So what is a digital classroom? And how does it work? More particularly – how might it work for my disabled students? Alistair McNaught explores some of the issues and oppportunities.
Traditional, didactic, methods of teaching can create significant barriers for some students. Where teaching resources are mainly a monoculture of text and learning activities are focused around notetaking, reading and writing, students can feel disengaged and excluded. There may be many reasons why students find it difficult to access traditional teaching approaches. These could include
- cultural reasons, for example, students with little experience of traditional ‘academic’ learning,
- linguistic reasons, for example students working in a second or third language whose oral skills far outstrip their literacy skills,
- neuro diversity, for example students with ADHD or dyslexia who, for different reasons, may struggle with learning based on reading and notetaking,
- sensory and physical impairment, for example students with sight or hearing difficulties for whom traditional reading and notetaking activities may pose particular challenges.
- technology constraints and the difficulties of working effectively without your preferred or personalised devices or assistive technologies.
Digital classrooms are not a panacea for inclusive practice (it is as easy to teach badly with technology as it is without it) but they do offer an exciting toolkit that, in turn, provides a spectrum of opportunities to engage, include and support the widest range of students.
What is a digital classroom?
Any classroom, seminar or lecture space can be enhanced by a digitally competent tutor using a variety of freely available online tools. In this respect, a digital classroom is an approach more than a product and, within the same institution, different departments could be teaching effectively and inclusively using completely different tools and approaches. However, an ad hoc approach to the digital classroom concept has significant drawbacks. These include:
- compatibility – you set up a learning experience around an excellent free app, but it only works on iPhones and the latest version of Android (which none of your students have).
- sustainability – the brilliant free tool you’ve used for collaborative presentations has just been bought out by commercial rival and you’ve lost all your teaching materials.
- variability – the tools used to digitally enhance your module are completely different to the tools your colleague uses to teach her module. Students don’t want to sign up for multiple apps that eat up precious space from their device’s memory.
- legality – students are uploading their own resources to a collaborative website but you haven’t read the small print and are in danger of breaching privacy and data legislation.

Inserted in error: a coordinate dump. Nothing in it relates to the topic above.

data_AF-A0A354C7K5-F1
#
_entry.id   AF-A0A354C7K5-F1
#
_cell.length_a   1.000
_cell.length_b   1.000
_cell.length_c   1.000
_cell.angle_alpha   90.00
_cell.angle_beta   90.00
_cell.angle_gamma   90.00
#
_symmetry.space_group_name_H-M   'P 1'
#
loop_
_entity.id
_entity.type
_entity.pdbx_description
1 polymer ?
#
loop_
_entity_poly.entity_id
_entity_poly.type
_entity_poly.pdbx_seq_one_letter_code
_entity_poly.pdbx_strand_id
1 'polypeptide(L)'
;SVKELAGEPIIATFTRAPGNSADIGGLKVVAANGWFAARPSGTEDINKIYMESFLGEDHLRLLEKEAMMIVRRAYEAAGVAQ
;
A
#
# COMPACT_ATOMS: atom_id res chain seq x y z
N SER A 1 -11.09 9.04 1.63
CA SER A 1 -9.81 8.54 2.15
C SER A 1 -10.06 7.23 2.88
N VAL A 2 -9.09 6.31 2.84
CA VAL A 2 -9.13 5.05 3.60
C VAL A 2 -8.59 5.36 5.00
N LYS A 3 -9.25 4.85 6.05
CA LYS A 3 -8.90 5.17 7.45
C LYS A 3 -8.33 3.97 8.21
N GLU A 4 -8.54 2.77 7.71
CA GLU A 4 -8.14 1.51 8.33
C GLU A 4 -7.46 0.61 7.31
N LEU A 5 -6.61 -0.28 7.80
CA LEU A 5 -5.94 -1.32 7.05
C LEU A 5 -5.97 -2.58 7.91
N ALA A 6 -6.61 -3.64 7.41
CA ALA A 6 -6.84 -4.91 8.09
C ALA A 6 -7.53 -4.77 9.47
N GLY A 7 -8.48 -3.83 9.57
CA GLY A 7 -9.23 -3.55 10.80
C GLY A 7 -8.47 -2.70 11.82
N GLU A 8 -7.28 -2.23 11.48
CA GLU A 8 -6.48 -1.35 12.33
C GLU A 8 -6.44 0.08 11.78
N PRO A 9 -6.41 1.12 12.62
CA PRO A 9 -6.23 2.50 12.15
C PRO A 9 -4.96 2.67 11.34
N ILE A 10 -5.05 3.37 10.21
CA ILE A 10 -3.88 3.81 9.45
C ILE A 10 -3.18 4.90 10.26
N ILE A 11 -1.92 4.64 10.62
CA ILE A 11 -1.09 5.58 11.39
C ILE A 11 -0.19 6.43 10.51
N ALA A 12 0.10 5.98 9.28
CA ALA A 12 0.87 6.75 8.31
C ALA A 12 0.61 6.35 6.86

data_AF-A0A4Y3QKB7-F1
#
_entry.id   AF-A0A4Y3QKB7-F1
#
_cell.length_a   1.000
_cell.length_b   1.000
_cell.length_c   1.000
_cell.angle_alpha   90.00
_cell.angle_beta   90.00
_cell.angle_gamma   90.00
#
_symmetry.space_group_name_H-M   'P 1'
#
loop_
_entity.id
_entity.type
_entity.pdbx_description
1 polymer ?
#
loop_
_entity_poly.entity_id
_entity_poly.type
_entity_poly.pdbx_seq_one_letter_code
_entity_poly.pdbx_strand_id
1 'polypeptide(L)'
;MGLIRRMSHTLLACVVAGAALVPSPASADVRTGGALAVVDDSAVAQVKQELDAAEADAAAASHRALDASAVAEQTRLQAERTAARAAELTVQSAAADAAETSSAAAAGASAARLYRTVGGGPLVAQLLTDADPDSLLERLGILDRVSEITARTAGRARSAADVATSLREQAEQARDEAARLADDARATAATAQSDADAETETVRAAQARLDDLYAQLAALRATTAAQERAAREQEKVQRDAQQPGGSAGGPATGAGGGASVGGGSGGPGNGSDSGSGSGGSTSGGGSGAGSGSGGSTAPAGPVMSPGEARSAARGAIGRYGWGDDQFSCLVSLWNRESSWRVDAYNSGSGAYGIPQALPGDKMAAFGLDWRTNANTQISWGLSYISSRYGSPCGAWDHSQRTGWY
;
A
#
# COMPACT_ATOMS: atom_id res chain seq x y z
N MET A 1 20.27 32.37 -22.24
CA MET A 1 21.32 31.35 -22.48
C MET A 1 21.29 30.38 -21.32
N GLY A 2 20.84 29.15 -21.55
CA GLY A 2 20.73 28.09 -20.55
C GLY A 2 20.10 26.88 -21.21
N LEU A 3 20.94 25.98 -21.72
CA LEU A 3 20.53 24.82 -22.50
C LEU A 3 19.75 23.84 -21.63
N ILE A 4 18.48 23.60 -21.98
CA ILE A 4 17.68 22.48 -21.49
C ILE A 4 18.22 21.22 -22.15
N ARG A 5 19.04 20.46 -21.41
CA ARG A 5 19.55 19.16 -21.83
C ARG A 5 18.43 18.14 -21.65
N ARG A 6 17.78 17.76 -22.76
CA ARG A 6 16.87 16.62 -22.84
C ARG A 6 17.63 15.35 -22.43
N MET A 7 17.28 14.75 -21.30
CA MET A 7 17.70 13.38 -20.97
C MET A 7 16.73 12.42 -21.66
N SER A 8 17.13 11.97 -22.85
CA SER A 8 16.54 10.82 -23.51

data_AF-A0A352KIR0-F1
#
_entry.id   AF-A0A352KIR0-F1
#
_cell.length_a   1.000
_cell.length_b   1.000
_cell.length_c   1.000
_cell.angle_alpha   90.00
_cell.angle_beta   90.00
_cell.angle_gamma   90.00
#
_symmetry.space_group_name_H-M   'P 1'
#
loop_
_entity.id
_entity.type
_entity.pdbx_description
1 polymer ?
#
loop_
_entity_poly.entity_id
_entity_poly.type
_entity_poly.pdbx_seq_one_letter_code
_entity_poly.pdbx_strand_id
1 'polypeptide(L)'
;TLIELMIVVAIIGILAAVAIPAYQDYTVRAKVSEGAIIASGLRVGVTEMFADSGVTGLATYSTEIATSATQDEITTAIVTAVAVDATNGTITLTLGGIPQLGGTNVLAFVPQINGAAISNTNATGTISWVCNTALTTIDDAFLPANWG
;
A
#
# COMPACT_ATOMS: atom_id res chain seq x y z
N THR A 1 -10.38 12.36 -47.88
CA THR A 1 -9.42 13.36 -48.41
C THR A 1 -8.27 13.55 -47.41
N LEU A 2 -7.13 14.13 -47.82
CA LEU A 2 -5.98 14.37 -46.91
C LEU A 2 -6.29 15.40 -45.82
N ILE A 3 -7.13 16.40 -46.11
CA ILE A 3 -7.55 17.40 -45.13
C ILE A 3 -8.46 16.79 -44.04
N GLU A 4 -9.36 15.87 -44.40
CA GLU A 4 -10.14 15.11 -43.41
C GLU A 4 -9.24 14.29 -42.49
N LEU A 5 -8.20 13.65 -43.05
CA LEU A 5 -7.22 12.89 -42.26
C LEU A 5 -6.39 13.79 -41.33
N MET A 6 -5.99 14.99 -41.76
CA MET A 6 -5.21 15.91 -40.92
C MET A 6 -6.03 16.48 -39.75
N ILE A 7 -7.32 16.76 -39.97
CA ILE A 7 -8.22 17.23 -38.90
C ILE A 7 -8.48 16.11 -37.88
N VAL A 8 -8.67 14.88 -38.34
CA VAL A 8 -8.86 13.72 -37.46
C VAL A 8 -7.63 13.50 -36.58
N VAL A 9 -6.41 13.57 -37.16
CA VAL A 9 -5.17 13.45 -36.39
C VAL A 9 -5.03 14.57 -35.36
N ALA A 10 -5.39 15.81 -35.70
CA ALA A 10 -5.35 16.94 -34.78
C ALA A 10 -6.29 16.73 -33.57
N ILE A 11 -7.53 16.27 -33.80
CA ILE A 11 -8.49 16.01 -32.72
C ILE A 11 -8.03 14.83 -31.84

An alternative way of approaching a digital classroom is to focus on bundled hardware, software and connectivity that can sit entirely within your existing infrastructure and give all the rewards of a digital classroom without the risks outlined above. Although this results in upfront costs, there are significant savings in the long term. Staff development, student experience, resource sustainability and data integrity are all maximised and risks massively reduced.
Technology, pedagogy and inclusion in digital classrooms.
Different digital classroom setups come with different functionality. The table below provides an overview of the range of functionality you might look for in digital classroom systems and the potential impact of those features on the student experience. Features do not automatically result in benefits unless they are used purposefully. Like any technology investment, the benefits of the software and hardware depend entirely on the liveware – the skill, confidence and training of the people using it.
|If the technology does this…||… these are some implications for inclusion.|
|Broadcast the tutor’s screen to all students.||Students can potentially see more clearly. Slow notetakers can take screenshots of key diagrams or information. People with visual impairments can magnify the information they need. People with scotopic sensitivity can overlay screen filters. People with concentration issues can focus on their own device screen while listening to the tutor.|
|Broadcast live video streams e.g. from a tablet device or visualiser.||Practicals and demonstrations become easier to follow. Students can take their own screenshots and annotate them to aid memory and understanding. Students can use their own screen recording tools to keep a record for revision or notetaking purposes. Tutors can set more imaginative assignments based on rich media.|